He rightfully earned the nickname, “The Beaumont Flyer - Freddy Fryar". My professional contact with Freddy was when he raced at Texas World Speedway where I was Race Director. He won Texas Race of Champions #5 in 1980 in his #14 Chevrolet Camaro and again in 1984 in TROC #8 when Freddy raced his unfamiliar #46 Chevrolet Camaro into the TWS Victory Circle.

He was also a three time winner of the Texas Grand Prix in 1983 and again in 1986 as Freddy Fryar won the fall event in his familiar - #14 - Chevrolet Camaro. On March 8, 1987 Freddy Fryar raced his #14 which was a Pontiac Firebird to the win.

RIP - “The Beaumont Flyer - Freddy Fryar".

Posted by his friend Neil Upchurch

Founder ... TIDA Late Model Series ...Texas Race of Champions at Texas World Speedway ... Texas Pro Sedan Series

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22 hours ago, ron.brown11 said:

I never got to meet Freddy, but did get to watch him race some in the 80s. But I learned a lot about him because of how highly Nick Holt spoke of him so many times, when we were together at the track. What a driver!! God Bless the Fryar family, and that includes so many that were close to him. As family isn't always blood relatives. 

Freddy Fryar was a genius. 

He knew more about a racing suspension than anyone I ever met, and I've met some pretty fair suspension folks over the years.

I witnessed nearly every race he ran at the San Antonio half-mile, but I didn't just witness, I studied everything he did in the pits.  I've seen him add tiny amounts of air to the left rear if the car was a tiny bit too loose halfway between turns 3 and 4. Couldn't have been an eighth of a pound of pressure. And I've seen him put his hands on the right front tire after coming in from practice to see exactly how the tire was interfacing with the track. No tire pyrometer.  Just his hands and brains. And I've seen him make an adjustment on a jacking bolt that was maybe a quarter-turn.  Just enough to raise or lower the front vertical roll center the amount the seat of his pants was telling him the car needed.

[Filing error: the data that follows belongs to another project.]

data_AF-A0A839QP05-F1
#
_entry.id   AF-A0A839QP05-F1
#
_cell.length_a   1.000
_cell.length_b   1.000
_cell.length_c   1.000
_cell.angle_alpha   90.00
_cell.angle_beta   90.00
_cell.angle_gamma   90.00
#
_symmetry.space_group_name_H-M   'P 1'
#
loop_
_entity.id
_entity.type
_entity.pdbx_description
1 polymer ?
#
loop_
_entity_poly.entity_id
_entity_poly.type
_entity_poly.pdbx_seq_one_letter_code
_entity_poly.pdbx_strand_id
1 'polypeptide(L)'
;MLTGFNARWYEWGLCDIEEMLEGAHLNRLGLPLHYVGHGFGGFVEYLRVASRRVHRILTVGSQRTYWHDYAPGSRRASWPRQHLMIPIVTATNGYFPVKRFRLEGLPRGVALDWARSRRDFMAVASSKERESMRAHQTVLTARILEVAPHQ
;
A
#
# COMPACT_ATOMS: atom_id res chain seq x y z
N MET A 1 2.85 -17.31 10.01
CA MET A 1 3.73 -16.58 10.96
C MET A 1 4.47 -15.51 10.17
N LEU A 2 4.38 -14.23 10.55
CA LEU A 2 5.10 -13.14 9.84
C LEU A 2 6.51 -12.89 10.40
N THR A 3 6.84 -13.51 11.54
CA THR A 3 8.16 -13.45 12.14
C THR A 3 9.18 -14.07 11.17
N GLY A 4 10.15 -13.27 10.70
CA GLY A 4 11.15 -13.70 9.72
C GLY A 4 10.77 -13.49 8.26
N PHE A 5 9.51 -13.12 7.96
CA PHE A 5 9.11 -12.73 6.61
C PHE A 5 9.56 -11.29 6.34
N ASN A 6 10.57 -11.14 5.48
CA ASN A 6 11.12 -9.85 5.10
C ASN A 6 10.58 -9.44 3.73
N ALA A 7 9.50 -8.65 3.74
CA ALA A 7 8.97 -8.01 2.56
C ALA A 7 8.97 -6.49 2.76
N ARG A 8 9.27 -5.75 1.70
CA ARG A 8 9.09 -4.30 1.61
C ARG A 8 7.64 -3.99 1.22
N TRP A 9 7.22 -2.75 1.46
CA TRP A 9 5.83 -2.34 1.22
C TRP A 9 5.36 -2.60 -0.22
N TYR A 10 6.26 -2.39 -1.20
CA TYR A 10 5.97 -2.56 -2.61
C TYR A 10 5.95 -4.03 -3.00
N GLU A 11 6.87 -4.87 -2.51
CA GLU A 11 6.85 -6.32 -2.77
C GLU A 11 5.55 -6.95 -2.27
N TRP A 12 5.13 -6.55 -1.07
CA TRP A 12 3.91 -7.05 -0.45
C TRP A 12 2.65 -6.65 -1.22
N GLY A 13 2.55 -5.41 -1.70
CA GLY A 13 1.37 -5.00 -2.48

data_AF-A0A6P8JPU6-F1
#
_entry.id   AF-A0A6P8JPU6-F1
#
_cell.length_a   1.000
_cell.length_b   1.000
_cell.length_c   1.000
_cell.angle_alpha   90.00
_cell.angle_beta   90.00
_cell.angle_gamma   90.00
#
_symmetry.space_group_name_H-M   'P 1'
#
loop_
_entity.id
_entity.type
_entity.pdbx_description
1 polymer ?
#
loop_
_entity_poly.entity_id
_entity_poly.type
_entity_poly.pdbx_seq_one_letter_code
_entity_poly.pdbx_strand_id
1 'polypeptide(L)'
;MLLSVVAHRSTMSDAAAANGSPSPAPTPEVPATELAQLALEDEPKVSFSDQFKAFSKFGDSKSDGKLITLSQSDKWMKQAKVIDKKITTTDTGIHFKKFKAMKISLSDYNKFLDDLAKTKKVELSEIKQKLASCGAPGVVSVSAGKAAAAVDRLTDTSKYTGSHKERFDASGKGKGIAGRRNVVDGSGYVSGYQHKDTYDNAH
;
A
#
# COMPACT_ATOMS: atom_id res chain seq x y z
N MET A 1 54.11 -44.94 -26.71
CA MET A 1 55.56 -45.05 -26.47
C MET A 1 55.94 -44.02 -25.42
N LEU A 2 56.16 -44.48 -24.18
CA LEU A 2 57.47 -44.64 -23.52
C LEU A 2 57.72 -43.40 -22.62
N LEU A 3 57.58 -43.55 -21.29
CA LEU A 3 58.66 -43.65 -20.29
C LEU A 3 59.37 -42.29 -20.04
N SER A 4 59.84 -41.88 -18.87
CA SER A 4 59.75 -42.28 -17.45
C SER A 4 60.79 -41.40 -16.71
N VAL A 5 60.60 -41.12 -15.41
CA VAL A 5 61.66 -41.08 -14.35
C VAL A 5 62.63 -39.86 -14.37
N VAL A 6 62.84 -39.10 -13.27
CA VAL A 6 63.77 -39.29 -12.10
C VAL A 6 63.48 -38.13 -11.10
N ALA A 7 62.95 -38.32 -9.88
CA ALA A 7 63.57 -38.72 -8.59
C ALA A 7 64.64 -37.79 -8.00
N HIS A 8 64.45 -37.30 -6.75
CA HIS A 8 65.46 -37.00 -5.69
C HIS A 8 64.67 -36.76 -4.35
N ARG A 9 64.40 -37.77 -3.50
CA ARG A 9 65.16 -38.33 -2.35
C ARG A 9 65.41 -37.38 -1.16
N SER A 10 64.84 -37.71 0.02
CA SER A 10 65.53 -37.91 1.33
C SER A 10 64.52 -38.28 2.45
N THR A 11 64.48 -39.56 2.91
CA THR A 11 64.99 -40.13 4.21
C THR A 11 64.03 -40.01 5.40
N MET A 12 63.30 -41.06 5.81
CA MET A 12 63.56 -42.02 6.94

One day I asked him about what roll centers he was running.  "What you talking about, son? I don't know all that fancy gibberish. i just know what my car needs and I give it to her."

OK. About that time I recalled something someone on Ed Sczech's crew told me one day when I was talking all the suspension talk. "You know what an expert is, right Nick?  Well and "ex" is a has-been and a "spurt" is a drip under pressure."  It fit like a glove at that point in my life when I was still trying to figure out just how roll-couple distribution, roll centers and jacking effects interacted.

Well, he did.  Freddy had all that figured out long ago. He just didn't know what it was all called by us "experts." He knew exactly how it all worked because I saw him playing with minor adjustments that impacted all three of the variables I was trying to get a handle on. And with each half turn here and half turn there, that Nova would shave off a tenth or two in the corners. 

Rest in peace, Freddy. And thanks for sharing your greatness with us for all those years.

Nick Holt